# Disk failure probability on a large number of disks

**Introduction**

We either have or will experience a drive failure. Doesn’t matter if we talk about HDD, SSD, or PCIe disks, any storage disk drive will fail eventually. But how probable it really is, especially if we have many drives? Single drive is pretty realiable, it has huge MTBF, so the result might surprise you.

**The case**

Single business-class HDD/SSD drive failure probability per year is around 1% in datasheets (but some observe real-world probability is around 10% and depends on the age, environment, usage, and many other factors).

If we take that optimistic 1% probability for a single drive to fail per year, how probable it is that **at least one of them will fail** within a year if you have 100, 200, 300 disks?

For 10 drives, probability is 10%

For 100 drives, probability is 63%

For 200 drives, probability is 87%

For 300 drives, probability is 95%

For 1000 drives, probability is 99,996% – almost certainly at least one drive will fail within one year

So, if you have many disks, it is almost certain that at least one of the drives will fail within a year. It can be drives in a storage or in 500 laptops, it does not matter – we are not discussing here RAID levels, we are just talking about the drives no matter where they are.

If you have 300 drives, probability of 95% does not mean that after one year 285 your drives will fail and 15 drives will still work. 95% means that if you find 100 companies and each of them has a storage with 300 drives, 95 companies will tell you they had a failure within the last year, and only 5 companies will tell you they did not had any disk failures.

**The math**

How I got those numbers?

The formula and logic to calculate that probability is simple. Probability that **at least one** drive will fail is the opposite of the probability that **all drives will remain healthy**. A single drive has a chance of 99% to be healthy in a single year (it is written as 0.99, whereas 100% equals 1.0). For two drives to remain healthy in a year the probability is 0.99*0.99 = 0,98 which means 98%. For all 100 drives to remain healthy for one year, the chance is 0.99*0.99*0.99*…*0.99= 0.99^100 = 0,37 which means only 37% !!? Surprised?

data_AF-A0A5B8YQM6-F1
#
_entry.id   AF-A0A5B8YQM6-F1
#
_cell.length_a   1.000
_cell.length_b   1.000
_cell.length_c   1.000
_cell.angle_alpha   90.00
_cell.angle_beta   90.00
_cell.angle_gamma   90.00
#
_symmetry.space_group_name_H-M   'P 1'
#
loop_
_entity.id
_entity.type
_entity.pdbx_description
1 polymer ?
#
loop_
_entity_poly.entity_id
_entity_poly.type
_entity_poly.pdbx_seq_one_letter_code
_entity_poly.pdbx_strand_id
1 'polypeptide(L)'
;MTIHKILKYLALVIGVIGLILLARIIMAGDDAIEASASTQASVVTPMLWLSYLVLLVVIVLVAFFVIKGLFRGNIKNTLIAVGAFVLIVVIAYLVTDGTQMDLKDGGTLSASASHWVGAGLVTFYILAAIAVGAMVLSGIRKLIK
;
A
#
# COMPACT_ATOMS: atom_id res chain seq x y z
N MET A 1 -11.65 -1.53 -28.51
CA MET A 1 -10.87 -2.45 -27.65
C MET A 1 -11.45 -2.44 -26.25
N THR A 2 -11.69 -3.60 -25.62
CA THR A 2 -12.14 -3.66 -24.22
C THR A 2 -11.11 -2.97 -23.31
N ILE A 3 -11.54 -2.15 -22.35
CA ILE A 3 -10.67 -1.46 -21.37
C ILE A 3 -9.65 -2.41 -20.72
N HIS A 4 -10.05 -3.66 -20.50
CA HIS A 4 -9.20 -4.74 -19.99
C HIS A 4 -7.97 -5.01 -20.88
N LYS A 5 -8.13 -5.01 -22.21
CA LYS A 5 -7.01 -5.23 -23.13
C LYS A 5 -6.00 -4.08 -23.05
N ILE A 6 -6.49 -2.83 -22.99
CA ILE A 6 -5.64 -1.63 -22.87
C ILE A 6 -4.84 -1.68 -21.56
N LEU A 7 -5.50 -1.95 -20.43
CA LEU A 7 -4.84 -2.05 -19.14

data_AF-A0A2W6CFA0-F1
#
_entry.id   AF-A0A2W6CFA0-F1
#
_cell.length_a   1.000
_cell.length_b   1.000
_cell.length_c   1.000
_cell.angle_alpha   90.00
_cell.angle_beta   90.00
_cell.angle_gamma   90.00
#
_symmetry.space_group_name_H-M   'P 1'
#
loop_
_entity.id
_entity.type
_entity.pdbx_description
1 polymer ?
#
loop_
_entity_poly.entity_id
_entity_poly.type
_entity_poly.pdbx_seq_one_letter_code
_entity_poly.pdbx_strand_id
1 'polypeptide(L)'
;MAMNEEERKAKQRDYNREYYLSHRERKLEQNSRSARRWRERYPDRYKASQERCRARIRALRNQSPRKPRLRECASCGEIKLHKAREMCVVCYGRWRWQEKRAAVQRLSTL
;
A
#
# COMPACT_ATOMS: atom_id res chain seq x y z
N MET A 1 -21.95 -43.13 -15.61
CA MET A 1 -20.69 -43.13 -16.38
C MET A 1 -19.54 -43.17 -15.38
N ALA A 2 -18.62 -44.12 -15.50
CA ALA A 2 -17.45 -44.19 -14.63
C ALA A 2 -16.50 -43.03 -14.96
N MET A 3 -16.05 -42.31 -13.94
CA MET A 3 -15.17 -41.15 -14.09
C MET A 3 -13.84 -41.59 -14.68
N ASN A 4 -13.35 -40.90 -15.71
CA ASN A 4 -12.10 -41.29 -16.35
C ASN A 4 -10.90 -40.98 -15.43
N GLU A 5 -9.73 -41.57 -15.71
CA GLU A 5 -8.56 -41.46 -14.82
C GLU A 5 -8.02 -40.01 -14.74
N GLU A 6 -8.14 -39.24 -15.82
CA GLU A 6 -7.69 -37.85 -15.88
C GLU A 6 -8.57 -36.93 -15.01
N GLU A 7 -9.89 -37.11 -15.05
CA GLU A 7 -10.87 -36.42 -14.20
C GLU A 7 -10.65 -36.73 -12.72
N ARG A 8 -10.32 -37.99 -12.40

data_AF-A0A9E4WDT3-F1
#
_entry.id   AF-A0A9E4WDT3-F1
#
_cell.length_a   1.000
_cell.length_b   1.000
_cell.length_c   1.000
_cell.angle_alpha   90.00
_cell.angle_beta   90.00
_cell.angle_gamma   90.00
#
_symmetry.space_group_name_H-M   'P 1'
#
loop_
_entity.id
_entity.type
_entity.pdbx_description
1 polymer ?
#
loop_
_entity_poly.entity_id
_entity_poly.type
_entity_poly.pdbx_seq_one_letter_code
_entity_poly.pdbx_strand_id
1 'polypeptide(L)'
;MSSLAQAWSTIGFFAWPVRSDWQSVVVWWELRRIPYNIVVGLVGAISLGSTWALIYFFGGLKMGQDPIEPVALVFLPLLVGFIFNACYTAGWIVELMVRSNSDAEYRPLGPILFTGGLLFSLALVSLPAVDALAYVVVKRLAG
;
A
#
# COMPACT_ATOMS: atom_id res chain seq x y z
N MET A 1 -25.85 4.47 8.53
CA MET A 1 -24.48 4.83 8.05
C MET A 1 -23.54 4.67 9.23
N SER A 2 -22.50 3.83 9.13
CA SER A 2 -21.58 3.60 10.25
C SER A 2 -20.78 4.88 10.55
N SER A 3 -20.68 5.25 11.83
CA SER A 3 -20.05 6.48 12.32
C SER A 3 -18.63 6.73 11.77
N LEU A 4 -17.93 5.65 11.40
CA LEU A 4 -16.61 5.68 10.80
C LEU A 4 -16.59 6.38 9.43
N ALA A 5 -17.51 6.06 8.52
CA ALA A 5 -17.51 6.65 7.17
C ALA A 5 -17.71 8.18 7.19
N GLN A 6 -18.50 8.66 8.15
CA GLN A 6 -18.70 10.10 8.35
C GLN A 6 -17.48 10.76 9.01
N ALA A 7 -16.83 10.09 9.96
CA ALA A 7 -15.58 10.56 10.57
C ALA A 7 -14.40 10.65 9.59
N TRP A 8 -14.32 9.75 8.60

That means the probability that at least one drive will fail is inverse of that probability: 100%-37% = 63%

The same method is for 200 or 300 drives, or with changes single-drive failure probability. I showed no math formula to keep this example simple and not to frighten people who are not comfortable to use math and formulas.

**Real world**

This is purely theoretical approach, presented as simple as possible to point out the key thought: with lots of drives, chance that at least one will fail is huge. It would be very interesting to see how that correspond to the real world cases. If you have a storage with lots of drives or you have lots of laptops/desktops in your company, please drop here a line how many drives there are and have you experienced a drive failure within the last 365 days ? The greater sample, the more reliable results will be.

**Conclusion**

The more drives you have, more probable it is that at least one of them will fail. Redundancy with some of the redundant RAID levels is mandatory. Most popular are RAID10, RAID5, and RAID1. RAID0 does not provide any redundancy. It is also adviseable to have a hot spare drive for the array.

I just read this, and fount quite interesting. In my line of work, we keep up with drives that fail, model numbers, manufacturers, etc. There are some stats on Backblaze.com that may interest you. Some drives have massive failure rates, this corresponds more or less to what we see in our data recovery business.

The Backblaze stats are online here:

https://www.backblaze.com/blog/backblaze-hard-drive-stats-for-2020/

You can see that the worst case is 12.5% failure rate on one specific model.

Mike

Good info Mike, thanks! But that stats also show that no drive is safe. Evan lost data on SS due to a bug in “parity” arrays of certain version. RAID (or any type of redundancy) is not a replacement for a backup.